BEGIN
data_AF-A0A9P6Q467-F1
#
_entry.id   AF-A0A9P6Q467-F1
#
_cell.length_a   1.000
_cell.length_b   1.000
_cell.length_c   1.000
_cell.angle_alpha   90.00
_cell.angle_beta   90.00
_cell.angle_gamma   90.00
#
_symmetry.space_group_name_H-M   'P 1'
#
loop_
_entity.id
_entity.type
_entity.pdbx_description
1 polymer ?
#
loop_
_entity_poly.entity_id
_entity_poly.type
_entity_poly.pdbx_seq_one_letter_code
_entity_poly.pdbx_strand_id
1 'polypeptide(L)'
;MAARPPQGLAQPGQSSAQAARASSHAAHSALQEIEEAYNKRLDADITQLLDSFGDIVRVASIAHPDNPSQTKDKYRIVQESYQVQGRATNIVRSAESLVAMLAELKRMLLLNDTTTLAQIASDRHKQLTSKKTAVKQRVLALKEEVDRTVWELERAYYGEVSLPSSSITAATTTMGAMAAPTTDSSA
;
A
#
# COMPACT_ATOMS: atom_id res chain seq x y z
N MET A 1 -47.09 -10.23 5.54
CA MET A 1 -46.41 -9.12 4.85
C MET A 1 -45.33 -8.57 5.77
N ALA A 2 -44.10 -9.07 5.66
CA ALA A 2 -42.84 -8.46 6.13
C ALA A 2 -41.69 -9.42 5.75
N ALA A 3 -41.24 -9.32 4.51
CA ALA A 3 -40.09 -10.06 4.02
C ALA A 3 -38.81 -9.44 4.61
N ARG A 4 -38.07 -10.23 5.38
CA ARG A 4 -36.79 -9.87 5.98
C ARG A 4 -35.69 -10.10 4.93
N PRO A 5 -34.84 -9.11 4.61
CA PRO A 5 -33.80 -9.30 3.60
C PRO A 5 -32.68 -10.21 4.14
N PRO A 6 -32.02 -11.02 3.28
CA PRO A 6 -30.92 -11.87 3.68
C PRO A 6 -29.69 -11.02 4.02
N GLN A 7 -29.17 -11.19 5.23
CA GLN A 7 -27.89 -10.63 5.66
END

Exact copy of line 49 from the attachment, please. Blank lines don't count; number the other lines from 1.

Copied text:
N GLN A 7 -29.17 -11.19 5.23